Ever since Japan opened up Tokyo’s close-in Haneda Airport to transpacific flights, U.S. carriers have struggled to make their Haneda routes work – mostly because they were stuck with consumer-unfriendly takeoff and landing slots in the middle of the night. Since the U.S. and Japan recently negotiated some changes that allow for daytime slots at the airport, U.S. airlines have been clamoring to win those rights – and now the Transportation Department has made a tentative decision on those applications.
The agency said its initial decision awards daytime slots at Haneda to American Airlines and Delta from Los Angeles, United from San Francisco, Hawaiian from Honolulu and Delta from Minneapolis-St. Paul.
“Three of the cities – Los Angeles, Honolulu, and San Francisco – already have service to Haneda, but those services have been required to operate at night only. Under the new agreement, carriers may arrive and depart Haneda during more favorable daytime hours. The new route from Minneapolis also is included in that group,” DOT said.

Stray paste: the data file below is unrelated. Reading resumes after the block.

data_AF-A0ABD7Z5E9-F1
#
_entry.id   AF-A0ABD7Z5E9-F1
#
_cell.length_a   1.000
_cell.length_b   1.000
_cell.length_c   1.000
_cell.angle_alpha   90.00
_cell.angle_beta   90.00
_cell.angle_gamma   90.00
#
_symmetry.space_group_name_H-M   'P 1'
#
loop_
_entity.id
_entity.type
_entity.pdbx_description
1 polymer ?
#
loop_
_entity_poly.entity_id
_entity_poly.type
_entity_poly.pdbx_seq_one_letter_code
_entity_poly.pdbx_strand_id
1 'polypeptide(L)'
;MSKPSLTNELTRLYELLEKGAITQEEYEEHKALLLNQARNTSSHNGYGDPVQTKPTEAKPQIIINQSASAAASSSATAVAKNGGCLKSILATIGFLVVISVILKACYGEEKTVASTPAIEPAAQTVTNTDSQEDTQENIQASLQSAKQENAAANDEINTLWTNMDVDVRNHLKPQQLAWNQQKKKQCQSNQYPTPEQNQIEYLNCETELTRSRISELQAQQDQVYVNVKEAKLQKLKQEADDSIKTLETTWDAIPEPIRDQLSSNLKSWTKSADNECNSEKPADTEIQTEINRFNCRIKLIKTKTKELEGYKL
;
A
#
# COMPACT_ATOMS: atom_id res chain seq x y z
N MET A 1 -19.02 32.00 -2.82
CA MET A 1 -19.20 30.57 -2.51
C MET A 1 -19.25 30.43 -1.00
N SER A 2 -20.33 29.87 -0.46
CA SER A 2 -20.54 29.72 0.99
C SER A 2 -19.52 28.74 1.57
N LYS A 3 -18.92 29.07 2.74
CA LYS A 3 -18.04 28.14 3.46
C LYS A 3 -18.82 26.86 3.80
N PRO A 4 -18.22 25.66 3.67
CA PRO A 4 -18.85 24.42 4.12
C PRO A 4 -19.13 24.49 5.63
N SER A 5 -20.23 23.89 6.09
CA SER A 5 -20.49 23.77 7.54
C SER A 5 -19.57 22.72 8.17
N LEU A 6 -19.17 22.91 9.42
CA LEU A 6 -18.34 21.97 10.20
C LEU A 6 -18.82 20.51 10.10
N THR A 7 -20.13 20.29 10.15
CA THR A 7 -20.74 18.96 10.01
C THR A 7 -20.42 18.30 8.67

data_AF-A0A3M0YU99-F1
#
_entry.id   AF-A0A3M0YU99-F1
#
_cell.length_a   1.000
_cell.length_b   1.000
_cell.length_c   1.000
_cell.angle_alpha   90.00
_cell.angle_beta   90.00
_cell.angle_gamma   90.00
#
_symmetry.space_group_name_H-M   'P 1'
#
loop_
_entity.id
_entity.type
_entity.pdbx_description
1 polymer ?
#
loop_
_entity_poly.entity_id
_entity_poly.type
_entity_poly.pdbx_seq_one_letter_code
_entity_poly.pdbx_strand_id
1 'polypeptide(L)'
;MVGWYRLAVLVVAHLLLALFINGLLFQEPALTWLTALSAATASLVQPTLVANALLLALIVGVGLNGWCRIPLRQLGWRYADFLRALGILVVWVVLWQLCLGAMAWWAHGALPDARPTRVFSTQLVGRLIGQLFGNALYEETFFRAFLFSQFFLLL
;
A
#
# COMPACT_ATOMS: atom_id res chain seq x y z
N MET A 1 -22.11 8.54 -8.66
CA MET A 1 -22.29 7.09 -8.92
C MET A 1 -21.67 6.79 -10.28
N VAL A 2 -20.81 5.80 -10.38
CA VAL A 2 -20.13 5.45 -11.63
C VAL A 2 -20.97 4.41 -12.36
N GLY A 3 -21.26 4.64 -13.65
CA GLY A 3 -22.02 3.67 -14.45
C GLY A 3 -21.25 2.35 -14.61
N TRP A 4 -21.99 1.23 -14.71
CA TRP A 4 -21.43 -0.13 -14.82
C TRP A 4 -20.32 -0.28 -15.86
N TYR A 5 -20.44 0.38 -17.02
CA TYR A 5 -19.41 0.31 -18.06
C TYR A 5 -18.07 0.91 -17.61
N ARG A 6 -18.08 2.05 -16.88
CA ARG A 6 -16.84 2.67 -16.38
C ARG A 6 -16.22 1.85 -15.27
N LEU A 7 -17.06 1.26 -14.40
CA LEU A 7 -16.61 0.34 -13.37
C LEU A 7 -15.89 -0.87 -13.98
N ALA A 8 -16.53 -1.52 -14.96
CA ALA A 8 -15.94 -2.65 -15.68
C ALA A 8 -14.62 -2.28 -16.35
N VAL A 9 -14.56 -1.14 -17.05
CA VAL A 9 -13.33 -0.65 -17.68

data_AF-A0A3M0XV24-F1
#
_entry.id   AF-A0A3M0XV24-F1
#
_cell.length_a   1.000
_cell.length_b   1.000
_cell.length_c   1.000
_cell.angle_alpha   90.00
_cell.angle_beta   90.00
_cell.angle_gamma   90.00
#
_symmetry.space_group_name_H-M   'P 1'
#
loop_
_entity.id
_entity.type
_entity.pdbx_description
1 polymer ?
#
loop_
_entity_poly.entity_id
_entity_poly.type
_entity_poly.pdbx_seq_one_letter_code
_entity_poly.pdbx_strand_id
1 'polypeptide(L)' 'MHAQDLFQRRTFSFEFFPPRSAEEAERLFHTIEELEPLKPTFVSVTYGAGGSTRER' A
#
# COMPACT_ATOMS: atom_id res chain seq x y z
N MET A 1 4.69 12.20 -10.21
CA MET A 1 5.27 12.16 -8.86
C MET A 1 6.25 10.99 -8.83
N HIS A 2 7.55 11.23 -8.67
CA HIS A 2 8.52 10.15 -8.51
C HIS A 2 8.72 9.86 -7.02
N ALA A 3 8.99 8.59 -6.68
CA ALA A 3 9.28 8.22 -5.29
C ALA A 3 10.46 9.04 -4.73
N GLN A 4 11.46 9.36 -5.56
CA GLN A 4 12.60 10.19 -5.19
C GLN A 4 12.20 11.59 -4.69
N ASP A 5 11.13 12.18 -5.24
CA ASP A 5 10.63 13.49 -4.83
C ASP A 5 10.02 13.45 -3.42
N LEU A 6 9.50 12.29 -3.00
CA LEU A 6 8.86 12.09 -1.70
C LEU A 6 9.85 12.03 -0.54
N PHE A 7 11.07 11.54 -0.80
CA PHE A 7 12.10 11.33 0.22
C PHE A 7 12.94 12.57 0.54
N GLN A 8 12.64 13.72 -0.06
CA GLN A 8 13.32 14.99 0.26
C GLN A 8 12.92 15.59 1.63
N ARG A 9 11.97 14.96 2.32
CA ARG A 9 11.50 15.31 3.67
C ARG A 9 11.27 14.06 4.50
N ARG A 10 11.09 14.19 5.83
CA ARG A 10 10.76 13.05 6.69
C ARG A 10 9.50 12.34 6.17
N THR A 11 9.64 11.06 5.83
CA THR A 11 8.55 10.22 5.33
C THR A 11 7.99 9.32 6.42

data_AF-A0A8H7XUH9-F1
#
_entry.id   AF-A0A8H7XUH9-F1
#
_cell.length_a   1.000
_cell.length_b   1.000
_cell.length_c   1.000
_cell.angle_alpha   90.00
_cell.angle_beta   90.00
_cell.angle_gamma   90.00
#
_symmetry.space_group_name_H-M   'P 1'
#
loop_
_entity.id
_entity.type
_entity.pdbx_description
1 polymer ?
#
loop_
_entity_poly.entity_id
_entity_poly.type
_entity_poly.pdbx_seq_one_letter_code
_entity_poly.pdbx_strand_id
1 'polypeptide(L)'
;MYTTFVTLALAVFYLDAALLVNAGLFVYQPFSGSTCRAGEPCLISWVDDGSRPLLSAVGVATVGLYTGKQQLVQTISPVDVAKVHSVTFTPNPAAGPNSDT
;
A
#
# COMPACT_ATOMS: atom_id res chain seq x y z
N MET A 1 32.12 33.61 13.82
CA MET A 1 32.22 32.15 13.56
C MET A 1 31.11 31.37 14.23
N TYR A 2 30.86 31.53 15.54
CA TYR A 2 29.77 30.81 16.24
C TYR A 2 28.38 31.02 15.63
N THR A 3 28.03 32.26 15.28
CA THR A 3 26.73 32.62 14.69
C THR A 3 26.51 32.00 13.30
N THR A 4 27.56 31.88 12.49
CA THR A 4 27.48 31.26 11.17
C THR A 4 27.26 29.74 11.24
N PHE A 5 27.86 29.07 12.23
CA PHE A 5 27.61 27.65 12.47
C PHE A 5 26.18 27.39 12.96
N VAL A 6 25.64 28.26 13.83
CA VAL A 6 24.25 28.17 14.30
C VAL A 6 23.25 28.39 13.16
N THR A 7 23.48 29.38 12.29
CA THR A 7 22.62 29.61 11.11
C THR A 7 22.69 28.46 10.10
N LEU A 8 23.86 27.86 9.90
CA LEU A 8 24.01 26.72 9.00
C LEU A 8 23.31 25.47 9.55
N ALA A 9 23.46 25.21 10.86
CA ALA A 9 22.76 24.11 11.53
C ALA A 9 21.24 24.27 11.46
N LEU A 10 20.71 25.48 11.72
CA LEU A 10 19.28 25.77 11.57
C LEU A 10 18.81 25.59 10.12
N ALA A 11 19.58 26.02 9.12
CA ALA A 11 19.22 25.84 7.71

Earlier, DOT had awarded Hawaiian a new nighttime slot for service from Kona and Honolulu to Haneda. The agency said service on all the newly awarded Haneda daytime routes could begin as soon as this fall.
American had also applied for daytime slots at Haneda for service from Dallas/Ft. Worth, but that was not among the new rights granted by DOT. Likewise Delta did not win authority for new Haneda service from Atlanta (it already flies Atlanta-Narita). The DOT suggested that if Delta’s service to Haneda from Minneapolis-St. Paul doesn’t work out, those rights might be shifted to American for a DFW-Haneda route.
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